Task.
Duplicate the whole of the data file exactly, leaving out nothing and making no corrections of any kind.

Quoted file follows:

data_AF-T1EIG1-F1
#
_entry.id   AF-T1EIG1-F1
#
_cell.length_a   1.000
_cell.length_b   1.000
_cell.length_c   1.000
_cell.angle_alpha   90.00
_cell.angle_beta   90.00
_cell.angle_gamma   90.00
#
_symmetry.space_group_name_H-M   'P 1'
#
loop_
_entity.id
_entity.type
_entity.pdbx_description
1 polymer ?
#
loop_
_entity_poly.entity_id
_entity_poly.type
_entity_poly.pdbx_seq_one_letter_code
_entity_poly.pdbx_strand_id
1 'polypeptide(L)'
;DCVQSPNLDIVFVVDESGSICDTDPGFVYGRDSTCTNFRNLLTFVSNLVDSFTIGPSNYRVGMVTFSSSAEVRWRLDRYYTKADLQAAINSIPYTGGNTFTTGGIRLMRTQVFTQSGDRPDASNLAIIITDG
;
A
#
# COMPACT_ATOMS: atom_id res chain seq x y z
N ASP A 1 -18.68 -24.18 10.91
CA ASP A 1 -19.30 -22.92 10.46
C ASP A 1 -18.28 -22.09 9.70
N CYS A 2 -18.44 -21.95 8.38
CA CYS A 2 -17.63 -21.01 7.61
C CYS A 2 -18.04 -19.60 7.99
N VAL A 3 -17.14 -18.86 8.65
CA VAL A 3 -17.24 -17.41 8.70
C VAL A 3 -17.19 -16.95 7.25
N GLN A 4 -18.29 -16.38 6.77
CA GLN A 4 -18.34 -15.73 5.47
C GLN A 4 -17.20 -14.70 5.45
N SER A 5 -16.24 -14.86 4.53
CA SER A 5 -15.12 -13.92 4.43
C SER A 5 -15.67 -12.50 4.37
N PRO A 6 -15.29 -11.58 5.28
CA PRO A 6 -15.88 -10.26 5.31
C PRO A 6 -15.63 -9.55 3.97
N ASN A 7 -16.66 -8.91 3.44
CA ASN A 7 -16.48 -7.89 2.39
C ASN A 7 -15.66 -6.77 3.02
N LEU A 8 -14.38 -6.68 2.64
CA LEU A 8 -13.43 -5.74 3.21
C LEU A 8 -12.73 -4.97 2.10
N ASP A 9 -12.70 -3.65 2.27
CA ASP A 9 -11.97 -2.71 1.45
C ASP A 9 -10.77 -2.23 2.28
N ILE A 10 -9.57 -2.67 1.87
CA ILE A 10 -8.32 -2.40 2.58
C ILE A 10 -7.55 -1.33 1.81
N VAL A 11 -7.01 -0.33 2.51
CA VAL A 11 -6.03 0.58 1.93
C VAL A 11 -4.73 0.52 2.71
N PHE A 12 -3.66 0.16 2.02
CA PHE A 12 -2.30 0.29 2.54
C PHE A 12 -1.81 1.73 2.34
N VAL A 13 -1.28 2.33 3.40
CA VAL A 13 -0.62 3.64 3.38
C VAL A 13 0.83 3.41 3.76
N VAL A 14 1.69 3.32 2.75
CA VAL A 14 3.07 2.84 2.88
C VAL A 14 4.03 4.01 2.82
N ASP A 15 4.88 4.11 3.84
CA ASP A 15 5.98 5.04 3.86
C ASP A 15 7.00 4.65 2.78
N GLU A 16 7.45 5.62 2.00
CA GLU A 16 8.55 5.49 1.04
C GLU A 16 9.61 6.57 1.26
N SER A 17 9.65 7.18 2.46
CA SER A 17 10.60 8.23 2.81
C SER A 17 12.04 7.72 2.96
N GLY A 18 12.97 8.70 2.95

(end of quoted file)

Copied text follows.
data_AF-T1EIG1-F1
#
_entry.id   AF-T1EIG1-F1
#
_cell.length_a   1.000
_cell.length_b   1.000
_cell.length_c   1.000
_cell.angle_alpha   90.00
_cell.angle_beta   90.00
_cell.angle_gamma   90.00
#
_symmetry.space_group_name_H-M   'P 1'
#
loop_
_entity.id
_entity.type
_entity.pdbx_description
1 polymer ?
#
loop_
_entity_poly.entity_id
_entity_poly.type
_entity_poly.pdbx_seq_one_letter_code
_entity_poly.pdbx_strand_id
1 'polypeptide(L)'
;DCVQSPNLDIVFVVDESGSICDTDPGFVYGRDSTCTNFRNLLTFVSNLVDSFTIGPSNYRVGMVTFSSSAEVRWRLDRYYTKADLQAAINSIPYTGGNTFTTGGIRLMRTQVFTQSGDRPDASNLAIIITDG
;
A
#
# COMPACT_ATOMS: atom_id res chain seq x y z
N ASP A 1 -18.68 -24.18 10.91
CA ASP A 1 -19.30 -22.92 10.46
C ASP A 1 -18.28 -22.09 9.70
N CYS A 2 -18.44 -21.95 8.38
CA CYS A 2 -17.63 -21.01 7.61
C CYS A 2 -18.04 -19.60 7.99
N VAL A 3 -17.14 -18.86 8.65
CA VAL A 3 -17.24 -17.41 8.70
C VAL A 3 -17.19 -16.95 7.25
N GLN A 4 -18.29 -16.38 6.77
CA GLN A 4 -18.34 -15.73 5.47
C GLN A 4 -17.20 -14.70 5.45
N SER A 5 -16.24 -14.86 4.53
CA SER A 5 -15.12 -13.92 4.43
C SER A 5 -15.67 -12.50 4.37
N PRO A 6 -15.29 -11.58 5.28
CA PRO A 6 -15.88 -10.26 5.31
C PRO A 6 -15.63 -9.55 3.97
N ASN A 7 -16.66 -8.91 3.44
CA ASN A 7 -16.48 -7.89 2.39
C ASN A 7 -15.66 -6.77 3.02
N LEU A 8 -14.38 -6.68 2.64
CA LEU A 8 -13.43 -5.74 3.21
C LEU A 8 -12.73 -4.97 2.10
N ASP A 9 -12.70 -3.65 2.27
CA ASP A 9 -11.97 -2.71 1.45
C ASP A 9 -10.77 -2.23 2.28
N ILE A 10 -9.57 -2.67 1.87
CA ILE A 10 -8.32 -2.40 2.58
C ILE A 10 -7.55 -1.33 1.81
N VAL A 11 -7.01 -0.33 2.51
CA VAL A 11 -6.03 0.58 1.93
C VAL A 11 -4.73 0.52 2.71
N PHE A 12 -3.66 0.16 2.02
CA PHE A 12 -2.30 0.29 2.54
C PHE A 12 -1.81 1.73 2.34
N VAL A 13 -1.28 2.33 3.40
CA VAL A 13 -0.62 3.64 3.38
C VAL A 13 0.83 3.41 3.76
N VAL A 14 1.69 3.32 2.75
CA VAL A 14 3.07 2.84 2.88
C VAL A 14 4.03 4.01 2.82
N ASP A 15 4.88 4.11 3.84
CA ASP A 15 5.98 5.04 3.86
C ASP A 15 7.00 4.65 2.78
N GLU A 16 7.45 5.62 2.00
CA GLU A 16 8.55 5.49 1.04
C GLU A 16 9.61 6.57 1.26
N SER A 17 9.65 7.18 2.46
CA SER A 17 10.60 8.23 2.81
C SER A 17 12.04 7.72 2.96
N GLY A 18 12.97 8.70 2.95